I missed the presidential debate last night. But that’s okay because I got all the Obama/Romney action I needed from this one, little video. This is accreditation week at Western Seminary, so I’m stuck in meetings all day. But this at least helped things get started on the right note! Thanks to Matt Mikalatos for sharing it.
- I’m Not Busy! I’m so busy. You’re so busy. We’re all so busy—so busy that we can’t possibly fit one more thing into our schedules, or one more relationship into our lives. That’s life in North America, or perhaps just life in the twenty-first century.
- Should We Baptize Upon Profession? Our context is probably closer to that of John the Baptist in Matthew 3 when he called the Pharisees and Sadducees to “bear fruit in keeping with repentance”. In contexts where false professions seem to be running rampant, or when it’s beneficial to profess Christ, it is necessary that we be very cautious about not giving someone false security.
- Just How Many Facebook Friends Do You Need? Twenty-somethings spend hours each day keeping their social networks going. But a thousand BFFs just may be a few hundred too many.
- Do Faithful Christians Take the Bible Literally? I know of no serious, Bible-believing Christian who actually takes the Bible literally. I doubt you do either. And if there were any at our Bible-studies or Sunday schools, all would look at them as either an uninformed simpleton or mentally unstable.
But C.S. Lewis had a very a different perspective. According to him, worship is like dancing: practice makes perfect. And introducing new elements into the dance simply distracts the dancers and diverts their attention from what they’re supposed to be doing: worship.
So here he is warning against novelty and change in worship. Check it out and let me know what you think. Should we avoid “novelty” in worship?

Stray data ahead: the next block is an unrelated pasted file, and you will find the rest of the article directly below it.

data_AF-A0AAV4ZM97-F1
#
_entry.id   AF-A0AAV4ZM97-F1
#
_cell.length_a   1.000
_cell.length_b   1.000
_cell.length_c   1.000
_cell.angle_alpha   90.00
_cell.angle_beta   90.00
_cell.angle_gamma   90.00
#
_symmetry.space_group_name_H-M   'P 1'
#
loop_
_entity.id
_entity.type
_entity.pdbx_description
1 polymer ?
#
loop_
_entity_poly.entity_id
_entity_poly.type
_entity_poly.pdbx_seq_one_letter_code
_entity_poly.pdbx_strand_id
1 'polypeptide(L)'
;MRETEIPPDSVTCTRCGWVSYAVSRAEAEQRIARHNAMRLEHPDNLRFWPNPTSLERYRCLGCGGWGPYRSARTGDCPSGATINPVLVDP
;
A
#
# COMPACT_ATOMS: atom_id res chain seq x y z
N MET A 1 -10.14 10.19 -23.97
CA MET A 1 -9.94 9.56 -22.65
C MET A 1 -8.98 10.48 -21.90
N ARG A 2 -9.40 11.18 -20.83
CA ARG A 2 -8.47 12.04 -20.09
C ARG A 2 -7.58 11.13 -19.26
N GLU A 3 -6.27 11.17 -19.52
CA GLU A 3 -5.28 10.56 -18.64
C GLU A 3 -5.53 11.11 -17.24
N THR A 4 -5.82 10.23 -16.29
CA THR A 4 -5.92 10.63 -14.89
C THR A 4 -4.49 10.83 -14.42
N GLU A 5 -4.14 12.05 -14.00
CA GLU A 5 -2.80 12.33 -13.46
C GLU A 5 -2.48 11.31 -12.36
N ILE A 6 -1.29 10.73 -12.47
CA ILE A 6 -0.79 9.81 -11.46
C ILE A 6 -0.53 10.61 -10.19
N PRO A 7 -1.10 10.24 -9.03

It looks as if [pastors] believed people can be lured to go to church by incessant brightenings, lightenings, lengthenings, abridgements, simplifications, and complications of the service. And it is probably true that a new, keen vicar will usually be able to form within his parish a minority who are in favour of his innovations. The majority, I believe, never are. Those who remain — many give up churchgoing altogether — merely endure.
Have you ever played the game “one of these things is not like the other.” You look at a bunch of objects, and you try to figure out which one doesn’t belong. Six apples and an orange. That’s easy. An apple, a tomato, a cucumber, and a carrot? That’s a little trickier. (You could say it’s the apple since people think of the other three as vegetables. But I’m thinking it’s the carrot since apples, tomatos, and cucumbers are all scientifically classified as fruits.) And on the game goes, each time asking you to figure out when something doesn’t belong.
That’s a fun game to play with fruit. It’s dangerous with people. When we start sorting people into those who belong and those who don’t, we’ve made a tragic mistake about what it means to be made in the image of God.